Before printed material became mass produced, information, stories and poems were passed through memorization and recitation from person-to-person. While I am lucky enough to have polished my memorization skills through years of theatre and voice, I am also someone who struggles remembering the five things I need to pick up at the grocery store. Memorization of anything is so rarely required in our day-to-day lives anymore beyond a one-time school assignment or large scale presentations.
Tag: National Poetry Month
On January 15, 2018, Ursula Le Guin finished editing her latest collection of poetry and sent off the revised manuscript. On January 22, 2018, she died. In October of the same year, this work was published as So Far, So Good: Final Poems, 2014-2018. Ultimately, this volume is a farewell – and a wonderful collection of poetry.
As much as I wanted to highlight another poet for National Poetry Month, Mary Oliver will always be my go-to. I've read many books of poetry but none have captured me like Oliver's works. It saddens me that we will not have any new works to read of hers, but I am also so grateful to have access to her works. Every time I encounter one of her collections here at the library, I sigh a deep sigh of longing; I want to lock myself away in Mary's world and never surface. She has such a sweet and gentle way of drawing you into her wo
Yes, the Anythink blog is quite fond of the Pulitzer Prize and National Book Award winning poet Mary Oliver who passed away in January of this year. During last year’s Poetry Picks, Maria shared the graceful piece ‘The Wren from Carolina’ and Laura spoke to the level of awareness Oliver provides the reader in ‘Wild Geese’.
One of my favorite lines in all of poetry comes from Alexander Pope’s “An Essay on Criticism,” which defines true wit as “what oft was thought, but ne’er so well expressed.”
These nine words seem, to me, the perfect definition of an autological statement: they express the property that they also possess. They are about truth and they ring true.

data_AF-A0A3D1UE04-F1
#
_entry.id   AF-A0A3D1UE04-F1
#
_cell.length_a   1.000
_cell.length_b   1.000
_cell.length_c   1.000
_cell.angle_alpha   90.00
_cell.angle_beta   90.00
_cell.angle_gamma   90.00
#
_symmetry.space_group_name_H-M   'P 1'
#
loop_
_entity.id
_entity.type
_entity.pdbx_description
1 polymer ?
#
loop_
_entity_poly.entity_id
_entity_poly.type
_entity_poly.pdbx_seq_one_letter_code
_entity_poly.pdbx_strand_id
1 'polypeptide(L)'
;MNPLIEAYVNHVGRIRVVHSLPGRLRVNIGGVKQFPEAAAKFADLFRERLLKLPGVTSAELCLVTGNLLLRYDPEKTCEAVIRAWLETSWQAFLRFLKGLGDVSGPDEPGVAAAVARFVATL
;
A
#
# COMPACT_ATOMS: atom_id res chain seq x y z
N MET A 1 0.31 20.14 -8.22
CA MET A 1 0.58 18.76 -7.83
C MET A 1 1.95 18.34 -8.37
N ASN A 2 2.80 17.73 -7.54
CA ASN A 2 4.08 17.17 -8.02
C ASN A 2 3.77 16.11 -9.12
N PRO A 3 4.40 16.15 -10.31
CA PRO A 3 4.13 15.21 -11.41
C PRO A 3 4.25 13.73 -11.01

Enthusiasts of beer and poetry: Join us as we celebrate National Poetry Month with a free beer tasting from Mother Tucker Brewery and with poems written throughout history inspired by the drinking of beer. Hear from favorites such as Walt Whitman, Edgar Allen Poe and Sylvia Plath. Try your hand at writing a poem of your own to share, and toast with us to the love of beer and poetry! Appropriate for adults aged 21 and older with a valid photo ID. Space is limited; online registration required for each attendee. We will meet in the event space at Mother Tucker Brewery at 2360 E 120th Ave. This event is sponsored by the Anythink Foundation.
Help us kick off National Poetry Month at Anythink Commerce City during this inspirational hour. Snacks will be provided. Appropriate for kids ages 5-12. No registration required.
The Canadian geese are calling, and I am listening. Their sounds from above recall me to the here and now, to the ground below my feet. The poetry of wild geese in flight has long called out to me, in this way: it reminds me of the present moment and restores me to it. The singular poem, “Wild Geese,” has done similar service for me, over many years. Mary Oliver first published “Wild Geese” in 1986, and I first read it the following year. A friend sent it to me then, and the poem has remained a true gift in my life.
Back before my time at Anythink, I was a real nerd. After spending a single hour trying my best not to over-celebrate the fact that I was touching books Benjamin Franklin had set the type for, I realized I needed a job handling this kind of material. And I wanted it right then. And after walking next door to the actual Special Collections department at the University of Iowa Libraries, that's exactly the kind of job I got. The next two years of my life were spent getting to know the texts we kept behind a vault, or on specially ventilated spaces.
Like much of Mary Oliver’s work, The Wren from Carolina (text below) speaks to that voice inside all of us that cries out on occasion in soft gratefulness: for the first signs of spring, or the unspoken kind gesture, or perhaps for the comfort of a great book on one’s lap. This poem always makes me appreciative of “my own cup of gladness” that is new each morning, even when it feels out of reach. I imagine the puffed up, feathered yellow breast of a Carolina Wren as he prepares to sing his morning praises to the world around him, and I try to emulate him in my own way.